Lastly, Kenza Benchouchaïb, director of the Kulte centre for contemporary art and editions in Rabat, provided us with insight into her experiences. The guiding principle for the Kulte gallery is experimentation with various disciplines, analyses and reflections on social questions in Morocco and Africa in a broader context. The connecting thread is the questioning of the public space and the role that is played by diverse groups. As an example, Kenza mentioned ‘The Africans’ project, which tackles the discussion about race and black identity, a topic which in Kenza’s opinion deserves greater attention in Morocco. For the ‘Ghorfa’ project, artist Younes Rahmoun devised a travelling ghorfa – a room which can accommodate various functions – that started out from his village in the mountains and after a journey through various parts of the world returned to its roots in the Rif mountain range. His message is about the ability to adapt oneself to different circumstances and reconnect with the here and now based on a new situation. This resilience is a quality that is needed to cooperate and to make an impact in the Moroccan context.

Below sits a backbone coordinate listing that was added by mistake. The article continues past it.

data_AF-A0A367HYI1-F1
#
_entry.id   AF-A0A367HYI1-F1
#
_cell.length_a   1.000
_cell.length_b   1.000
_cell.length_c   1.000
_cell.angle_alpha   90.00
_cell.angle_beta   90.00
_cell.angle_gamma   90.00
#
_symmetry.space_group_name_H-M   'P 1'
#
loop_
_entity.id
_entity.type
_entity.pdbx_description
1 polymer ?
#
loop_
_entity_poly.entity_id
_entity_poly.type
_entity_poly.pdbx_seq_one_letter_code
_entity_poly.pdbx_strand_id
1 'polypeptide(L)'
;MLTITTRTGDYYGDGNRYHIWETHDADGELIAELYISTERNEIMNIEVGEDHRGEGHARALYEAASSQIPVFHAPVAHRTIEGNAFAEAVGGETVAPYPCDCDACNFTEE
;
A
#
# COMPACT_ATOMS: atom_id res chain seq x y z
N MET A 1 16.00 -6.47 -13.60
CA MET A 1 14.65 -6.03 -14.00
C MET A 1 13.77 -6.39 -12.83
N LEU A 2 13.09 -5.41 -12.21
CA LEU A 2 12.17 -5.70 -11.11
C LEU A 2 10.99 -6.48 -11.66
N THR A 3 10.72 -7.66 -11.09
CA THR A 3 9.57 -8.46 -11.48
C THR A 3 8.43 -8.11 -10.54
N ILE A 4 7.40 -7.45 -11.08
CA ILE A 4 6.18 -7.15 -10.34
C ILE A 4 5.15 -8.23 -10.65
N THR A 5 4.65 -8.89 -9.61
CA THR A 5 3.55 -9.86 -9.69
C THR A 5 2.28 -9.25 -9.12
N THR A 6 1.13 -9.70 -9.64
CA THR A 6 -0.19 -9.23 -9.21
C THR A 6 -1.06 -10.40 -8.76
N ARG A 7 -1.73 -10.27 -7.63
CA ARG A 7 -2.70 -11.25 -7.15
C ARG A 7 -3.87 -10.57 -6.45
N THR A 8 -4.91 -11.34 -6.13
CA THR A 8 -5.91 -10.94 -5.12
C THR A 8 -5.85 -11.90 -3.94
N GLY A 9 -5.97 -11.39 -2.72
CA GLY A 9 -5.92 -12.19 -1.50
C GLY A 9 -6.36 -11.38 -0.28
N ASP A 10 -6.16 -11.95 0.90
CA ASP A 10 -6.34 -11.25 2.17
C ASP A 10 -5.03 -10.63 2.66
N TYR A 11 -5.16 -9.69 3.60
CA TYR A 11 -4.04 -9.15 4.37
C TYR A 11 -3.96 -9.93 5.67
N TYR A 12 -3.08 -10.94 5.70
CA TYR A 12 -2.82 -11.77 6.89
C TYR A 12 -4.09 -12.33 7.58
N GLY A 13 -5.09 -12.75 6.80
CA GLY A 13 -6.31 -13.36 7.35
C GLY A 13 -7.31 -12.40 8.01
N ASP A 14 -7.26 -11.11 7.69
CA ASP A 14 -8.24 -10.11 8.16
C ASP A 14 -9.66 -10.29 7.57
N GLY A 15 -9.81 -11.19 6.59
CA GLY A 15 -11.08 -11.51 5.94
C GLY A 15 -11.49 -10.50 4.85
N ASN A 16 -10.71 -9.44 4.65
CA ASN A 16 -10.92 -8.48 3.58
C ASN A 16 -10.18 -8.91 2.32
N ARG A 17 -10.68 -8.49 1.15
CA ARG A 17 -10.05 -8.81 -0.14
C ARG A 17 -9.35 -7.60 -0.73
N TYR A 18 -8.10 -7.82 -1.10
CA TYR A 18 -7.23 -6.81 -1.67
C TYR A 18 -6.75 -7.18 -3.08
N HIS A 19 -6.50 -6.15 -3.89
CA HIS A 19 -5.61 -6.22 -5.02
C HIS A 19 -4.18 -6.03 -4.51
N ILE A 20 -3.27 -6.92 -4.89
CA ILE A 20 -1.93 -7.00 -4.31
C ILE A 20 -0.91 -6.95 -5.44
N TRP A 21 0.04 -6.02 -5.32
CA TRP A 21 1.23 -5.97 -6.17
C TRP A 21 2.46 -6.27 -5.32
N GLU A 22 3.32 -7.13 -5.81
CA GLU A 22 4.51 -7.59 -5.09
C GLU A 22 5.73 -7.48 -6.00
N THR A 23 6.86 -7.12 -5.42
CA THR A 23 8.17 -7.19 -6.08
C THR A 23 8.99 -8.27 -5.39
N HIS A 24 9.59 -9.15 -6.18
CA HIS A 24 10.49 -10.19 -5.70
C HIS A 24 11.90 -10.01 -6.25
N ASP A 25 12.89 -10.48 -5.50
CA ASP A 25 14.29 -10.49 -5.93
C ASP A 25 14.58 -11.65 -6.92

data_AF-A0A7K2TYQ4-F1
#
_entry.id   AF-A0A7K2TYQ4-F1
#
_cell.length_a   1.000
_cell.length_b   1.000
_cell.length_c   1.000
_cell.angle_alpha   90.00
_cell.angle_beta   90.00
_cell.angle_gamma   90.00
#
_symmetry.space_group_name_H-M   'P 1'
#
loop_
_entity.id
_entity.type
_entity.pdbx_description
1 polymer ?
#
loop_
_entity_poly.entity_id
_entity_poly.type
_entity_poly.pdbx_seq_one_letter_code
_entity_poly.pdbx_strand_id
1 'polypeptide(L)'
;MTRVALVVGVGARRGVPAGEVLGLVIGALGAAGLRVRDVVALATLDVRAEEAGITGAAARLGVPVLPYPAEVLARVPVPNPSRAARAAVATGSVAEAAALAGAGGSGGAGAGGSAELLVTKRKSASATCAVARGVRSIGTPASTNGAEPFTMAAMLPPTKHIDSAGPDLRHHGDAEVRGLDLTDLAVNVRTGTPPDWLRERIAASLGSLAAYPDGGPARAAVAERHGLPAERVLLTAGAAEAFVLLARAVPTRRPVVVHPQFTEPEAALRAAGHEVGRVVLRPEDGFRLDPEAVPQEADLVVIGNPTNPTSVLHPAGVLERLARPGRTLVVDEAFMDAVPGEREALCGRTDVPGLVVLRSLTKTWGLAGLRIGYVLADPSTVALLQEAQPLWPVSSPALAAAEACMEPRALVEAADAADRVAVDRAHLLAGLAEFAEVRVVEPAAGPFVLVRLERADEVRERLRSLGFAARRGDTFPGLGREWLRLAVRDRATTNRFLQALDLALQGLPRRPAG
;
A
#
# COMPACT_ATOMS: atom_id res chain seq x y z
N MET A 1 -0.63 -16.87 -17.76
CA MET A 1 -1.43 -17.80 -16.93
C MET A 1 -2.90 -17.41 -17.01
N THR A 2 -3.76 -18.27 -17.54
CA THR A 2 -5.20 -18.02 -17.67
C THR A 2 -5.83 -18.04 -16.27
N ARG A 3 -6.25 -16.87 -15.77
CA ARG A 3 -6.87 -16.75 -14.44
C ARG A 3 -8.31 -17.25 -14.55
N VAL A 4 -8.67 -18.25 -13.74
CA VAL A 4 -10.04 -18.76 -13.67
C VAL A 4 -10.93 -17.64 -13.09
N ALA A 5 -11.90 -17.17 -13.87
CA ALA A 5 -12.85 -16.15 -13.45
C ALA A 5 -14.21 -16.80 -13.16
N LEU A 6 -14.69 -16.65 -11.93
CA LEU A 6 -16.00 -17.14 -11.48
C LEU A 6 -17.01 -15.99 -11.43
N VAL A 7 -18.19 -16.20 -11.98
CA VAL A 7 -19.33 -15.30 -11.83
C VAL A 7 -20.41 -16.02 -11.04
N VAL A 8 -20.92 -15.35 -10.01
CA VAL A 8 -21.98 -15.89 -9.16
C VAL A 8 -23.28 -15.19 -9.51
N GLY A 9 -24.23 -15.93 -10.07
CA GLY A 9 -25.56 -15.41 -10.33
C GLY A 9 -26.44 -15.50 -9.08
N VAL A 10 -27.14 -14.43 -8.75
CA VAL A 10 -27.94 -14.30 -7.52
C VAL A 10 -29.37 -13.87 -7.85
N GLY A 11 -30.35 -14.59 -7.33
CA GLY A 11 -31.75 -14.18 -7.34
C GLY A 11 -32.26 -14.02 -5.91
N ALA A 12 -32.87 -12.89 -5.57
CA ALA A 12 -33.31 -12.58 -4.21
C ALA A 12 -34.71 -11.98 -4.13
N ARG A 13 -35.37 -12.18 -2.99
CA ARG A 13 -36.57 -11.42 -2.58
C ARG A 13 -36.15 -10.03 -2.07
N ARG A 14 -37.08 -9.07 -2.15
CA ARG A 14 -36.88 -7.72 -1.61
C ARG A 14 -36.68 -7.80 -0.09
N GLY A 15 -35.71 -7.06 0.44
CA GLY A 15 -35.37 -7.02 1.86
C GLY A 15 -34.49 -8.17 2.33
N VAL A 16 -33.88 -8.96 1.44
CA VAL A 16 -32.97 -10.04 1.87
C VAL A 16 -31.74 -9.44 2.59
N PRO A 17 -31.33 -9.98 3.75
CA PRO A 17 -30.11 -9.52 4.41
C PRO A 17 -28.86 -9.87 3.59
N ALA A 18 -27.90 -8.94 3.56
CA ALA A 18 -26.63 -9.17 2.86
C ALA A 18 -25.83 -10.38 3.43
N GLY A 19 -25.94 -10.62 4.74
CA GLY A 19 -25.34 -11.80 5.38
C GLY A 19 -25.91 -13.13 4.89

After this tour of all the projects and the wealth of presentations by the international guests, the discussion proceeded to the parallels in the projects and the challenges that are encountered when employing design for inclusive societies. These discussions encompassed elements such as gaining trust, the troublesome issue of mobility (visas) and the contextual sensitivity that is needed to establish meaningful collaborations and projects.
Text: Rachida Abdellaoui
Photos: Mohamed Najah